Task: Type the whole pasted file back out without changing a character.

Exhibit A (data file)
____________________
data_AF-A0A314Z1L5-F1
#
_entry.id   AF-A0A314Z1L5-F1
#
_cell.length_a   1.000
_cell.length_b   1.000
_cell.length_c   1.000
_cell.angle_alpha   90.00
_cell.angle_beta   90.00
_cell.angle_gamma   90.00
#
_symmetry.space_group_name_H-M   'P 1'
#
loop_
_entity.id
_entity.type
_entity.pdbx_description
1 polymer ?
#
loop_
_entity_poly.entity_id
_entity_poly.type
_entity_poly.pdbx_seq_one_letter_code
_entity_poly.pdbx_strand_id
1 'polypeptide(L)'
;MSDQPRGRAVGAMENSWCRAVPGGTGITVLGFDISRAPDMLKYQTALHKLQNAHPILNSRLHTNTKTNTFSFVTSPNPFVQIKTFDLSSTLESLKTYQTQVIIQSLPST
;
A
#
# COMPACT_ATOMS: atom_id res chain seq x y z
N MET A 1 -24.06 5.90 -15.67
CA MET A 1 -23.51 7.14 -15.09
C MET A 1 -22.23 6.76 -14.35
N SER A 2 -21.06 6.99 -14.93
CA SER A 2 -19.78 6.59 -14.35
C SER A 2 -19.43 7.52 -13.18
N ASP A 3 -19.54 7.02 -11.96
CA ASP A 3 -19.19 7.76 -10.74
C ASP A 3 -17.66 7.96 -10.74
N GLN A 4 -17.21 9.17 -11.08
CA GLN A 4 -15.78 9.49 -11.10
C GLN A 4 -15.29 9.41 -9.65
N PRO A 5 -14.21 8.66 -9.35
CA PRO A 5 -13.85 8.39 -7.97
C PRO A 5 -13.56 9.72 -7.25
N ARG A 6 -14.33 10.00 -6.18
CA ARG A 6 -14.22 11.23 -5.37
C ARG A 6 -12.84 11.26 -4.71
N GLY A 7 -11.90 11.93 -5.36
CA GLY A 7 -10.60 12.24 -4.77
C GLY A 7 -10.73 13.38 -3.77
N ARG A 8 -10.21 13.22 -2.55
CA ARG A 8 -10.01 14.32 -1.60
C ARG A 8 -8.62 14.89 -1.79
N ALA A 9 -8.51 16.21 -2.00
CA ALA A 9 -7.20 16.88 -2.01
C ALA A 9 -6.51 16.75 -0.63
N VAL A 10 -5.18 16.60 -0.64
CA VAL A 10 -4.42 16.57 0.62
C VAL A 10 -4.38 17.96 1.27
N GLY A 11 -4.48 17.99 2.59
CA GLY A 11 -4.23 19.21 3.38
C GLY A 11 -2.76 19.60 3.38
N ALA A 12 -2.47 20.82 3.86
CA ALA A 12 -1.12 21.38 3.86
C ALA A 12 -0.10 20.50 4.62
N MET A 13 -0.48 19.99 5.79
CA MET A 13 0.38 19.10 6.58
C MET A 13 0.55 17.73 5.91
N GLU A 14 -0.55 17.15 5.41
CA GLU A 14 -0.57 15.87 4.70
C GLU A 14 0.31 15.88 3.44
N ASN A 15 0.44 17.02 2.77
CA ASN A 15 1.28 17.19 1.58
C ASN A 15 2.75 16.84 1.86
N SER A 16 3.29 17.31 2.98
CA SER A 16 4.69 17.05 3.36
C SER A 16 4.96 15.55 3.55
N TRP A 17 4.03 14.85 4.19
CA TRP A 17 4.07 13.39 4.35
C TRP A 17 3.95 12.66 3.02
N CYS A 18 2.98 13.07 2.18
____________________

data_AF-A0A314Z1L5-F1
#
_entry.id   AF-A0A314Z1L5-F1
#
_cell.length_a   1.000
_cell.length_b   1.000
_cell.length_c   1.000
_cell.angle_alpha   90.00
_cell.angle_beta   90.00
_cell.angle_gamma   90.00
#
_symmetry.space_group_name_H-M   'P 1'
#
loop_
_entity.id
_entity.type
_entity.pdbx_description
1 polymer ?
#
loop_
_entity_poly.entity_id
_entity_poly.type
_entity_poly.pdbx_seq_one_letter_code
_entity_poly.pdbx_strand_id
1 'polypeptide(L)'
;MSDQPRGRAVGAMENSWCRAVPGGTGITVLGFDISRAPDMLKYQTALHKLQNAHPILNSRLHTNTKTNTFSFVTSPNPFVQIKTFDLSSTLESLKTYQTQVIIQSLPST
;
A
#
# COMPACT_ATOMS: atom_id res chain seq x y z
N MET A 1 -24.06 5.90 -15.67
CA MET A 1 -23.51 7.14 -15.09
C MET A 1 -22.23 6.76 -14.35
N SER A 2 -21.06 6.99 -14.93
CA SER A 2 -19.78 6.59 -14.35
C SER A 2 -19.43 7.52 -13.18
N ASP A 3 -19.54 7.02 -11.96
CA ASP A 3 -19.19 7.76 -10.74
C ASP A 3 -17.66 7.96 -10.74
N GLN A 4 -17.21 9.17 -11.08
CA GLN A 4 -15.78 9.49 -11.10
C GLN A 4 -15.29 9.41 -9.65
N PRO A 5 -14.21 8.66 -9.35
CA PRO A 5 -13.85 8.39 -7.97
C PRO A 5 -13.56 9.72 -7.25
N ARG A 6 -14.33 10.00 -6.18
CA ARG A 6 -14.22 11.23 -5.37
C ARG A 6 -12.84 11.26 -4.71
N GLY A 7 -11.90 11.93 -5.36
CA GLY A 7 -10.60 12.24 -4.77
C GLY A 7 -10.73 13.38 -3.77
N ARG A 8 -10.21 13.22 -2.55
CA ARG A 8 -10.01 14.32 -1.60
C ARG A 8 -8.62 14.89 -1.79
N ALA A 9 -8.51 16.21 -2.00
CA ALA A 9 -7.20 16.88 -2.01
C ALA A 9 -6.51 16.75 -0.63
N VAL A 10 -5.18 16.60 -0.64
CA VAL A 10 -4.42 16.57 0.62
C VAL A 10 -4.38 17.96 1.27
N GLY A 11 -4.48 17.99 2.59
CA GLY A 11 -4.23 19.21 3.38
C GLY A 11 -2.76 19.60 3.38
N ALA A 12 -2.47 20.82 3.86
CA ALA A 12 -1.12 21.38 3.86
C ALA A 12 -0.10 20.50 4.62
N MET A 13 -0.48 19.99 5.79
CA MET A 13 0.38 19.10 6.58
C MET A 13 0.55 17.73 5.91
N GLU A 14 -0.55 17.15 5.41
CA GLU A 14 -0.57 15.87 4.70
C GLU A 14 0.31 15.88 3.44
N ASN A 15 0.44 17.02 2.77
CA ASN A 15 1.28 17.19 1.58
C ASN A 15 2.75 16.84 1.86
N SER A 16 3.29 17.31 2.98
CA SER A 16 4.69 17.05 3.36
C SER A 16 4.96 15.55 3.55
N TRP A 17 4.03 14.85 4.19
CA TRP A 17 4.07 13.39 4.35
C TRP A 17 3.95 12.66 3.02
N CYS A 18 2.98 13.07 2.18